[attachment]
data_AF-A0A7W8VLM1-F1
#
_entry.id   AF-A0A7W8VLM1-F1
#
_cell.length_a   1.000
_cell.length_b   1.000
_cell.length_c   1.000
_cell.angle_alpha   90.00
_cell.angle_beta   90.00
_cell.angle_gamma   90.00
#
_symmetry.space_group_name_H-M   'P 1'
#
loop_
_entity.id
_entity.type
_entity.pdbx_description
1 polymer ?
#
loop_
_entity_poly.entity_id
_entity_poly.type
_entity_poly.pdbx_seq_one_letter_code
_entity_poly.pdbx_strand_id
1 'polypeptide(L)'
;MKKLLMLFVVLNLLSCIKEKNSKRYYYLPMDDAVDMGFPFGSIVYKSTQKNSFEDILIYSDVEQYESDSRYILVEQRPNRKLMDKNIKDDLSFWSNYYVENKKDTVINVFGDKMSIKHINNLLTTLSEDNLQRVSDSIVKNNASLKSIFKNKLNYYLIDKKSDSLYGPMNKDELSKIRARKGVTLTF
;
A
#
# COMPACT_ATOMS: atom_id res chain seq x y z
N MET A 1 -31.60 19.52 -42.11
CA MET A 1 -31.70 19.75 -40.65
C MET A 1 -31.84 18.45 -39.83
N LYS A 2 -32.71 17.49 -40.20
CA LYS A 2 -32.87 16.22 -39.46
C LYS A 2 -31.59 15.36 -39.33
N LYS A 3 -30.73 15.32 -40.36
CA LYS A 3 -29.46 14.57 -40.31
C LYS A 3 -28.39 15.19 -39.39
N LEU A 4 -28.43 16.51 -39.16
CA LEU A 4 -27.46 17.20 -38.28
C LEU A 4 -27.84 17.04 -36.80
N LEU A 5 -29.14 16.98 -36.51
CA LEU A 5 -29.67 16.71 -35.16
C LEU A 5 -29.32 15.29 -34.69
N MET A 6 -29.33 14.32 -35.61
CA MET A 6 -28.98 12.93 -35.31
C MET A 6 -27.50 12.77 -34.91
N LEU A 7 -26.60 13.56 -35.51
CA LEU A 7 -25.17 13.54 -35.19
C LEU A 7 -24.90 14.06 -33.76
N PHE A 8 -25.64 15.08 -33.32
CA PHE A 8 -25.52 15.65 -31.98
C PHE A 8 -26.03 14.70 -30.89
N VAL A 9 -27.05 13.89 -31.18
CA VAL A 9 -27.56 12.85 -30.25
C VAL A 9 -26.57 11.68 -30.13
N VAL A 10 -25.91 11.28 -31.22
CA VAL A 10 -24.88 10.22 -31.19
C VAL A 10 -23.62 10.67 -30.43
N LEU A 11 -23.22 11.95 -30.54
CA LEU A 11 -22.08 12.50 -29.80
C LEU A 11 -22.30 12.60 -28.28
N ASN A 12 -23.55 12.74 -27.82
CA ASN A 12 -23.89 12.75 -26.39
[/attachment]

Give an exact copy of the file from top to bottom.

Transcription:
data_AF-A0A7W8VLM1-F1
#
_entry.id   AF-A0A7W8VLM1-F1
#
_cell.length_a   1.000
_cell.length_b   1.000
_cell.length_c   1.000
_cell.angle_alpha   90.00
_cell.angle_beta   90.00
_cell.angle_gamma   90.00
#
_symmetry.space_group_name_H-M   'P 1'
#
loop_
_entity.id
_entity.type
_entity.pdbx_description
1 polymer ?
#
loop_
_entity_poly.entity_id
_entity_poly.type
_entity_poly.pdbx_seq_one_letter_code
_entity_poly.pdbx_strand_id
1 'polypeptide(L)'
;MKKLLMLFVVLNLLSCIKEKNSKRYYYLPMDDAVDMGFPFGSIVYKSTQKNSFEDILIYSDVEQYESDSRYILVEQRPNRKLMDKNIKDDLSFWSNYYVENKKDTVINVFGDKMSIKHINNLLTTLSEDNLQRVSDSIVKNNASLKSIFKNKLNYYLIDKKSDSLYGPMNKDELSKIRARKGVTLTF
;
A
#
# COMPACT_ATOMS: atom_id res chain seq x y z
N MET A 1 -31.60 19.52 -42.11
CA MET A 1 -31.70 19.75 -40.65
C MET A 1 -31.84 18.45 -39.83
N LYS A 2 -32.71 17.49 -40.20
CA LYS A 2 -32.87 16.22 -39.46
C LYS A 2 -31.59 15.36 -39.33
N LYS A 3 -30.73 15.32 -40.36
CA LYS A 3 -29.46 14.57 -40.31
C LYS A 3 -28.39 15.19 -39.39
N LEU A 4 -28.43 16.51 -39.16
CA LEU A 4 -27.46 17.20 -38.28
C LEU A 4 -27.84 17.04 -36.80
N LEU A 5 -29.14 16.98 -36.51
CA LEU A 5 -29.67 16.71 -35.16
C LEU A 5 -29.32 15.29 -34.69
N MET A 6 -29.33 14.32 -35.61
CA MET A 6 -28.98 12.93 -35.31
C MET A 6 -27.50 12.77 -34.91
N LEU A 7 -26.60 13.56 -35.51
CA LEU A 7 -25.17 13.54 -35.19
C LEU A 7 -24.90 14.06 -33.76
N PHE A 8 -25.64 15.08 -33.32
CA PHE A 8 -25.52 15.65 -31.98
C PHE A 8 -26.03 14.70 -30.89
N VAL A 9 -27.05 13.89 -31.18
CA VAL A 9 -27.56 12.85 -30.25
C VAL A 9 -26.57 11.68 -30.13
N VAL A 10 -25.91 11.28 -31.22
CA VAL A 10 -24.88 10.22 -31.19
C VAL A 10 -23.62 10.67 -30.43
N LEU A 11 -23.22 11.95 -30.54
CA LEU A 11 -22.08 12.50 -29.80
C LEU A 11 -22.30 12.60 -28.28
N ASN A 12 -23.55 12.74 -27.82
CA ASN A 12 -23.89 12.75 -26.39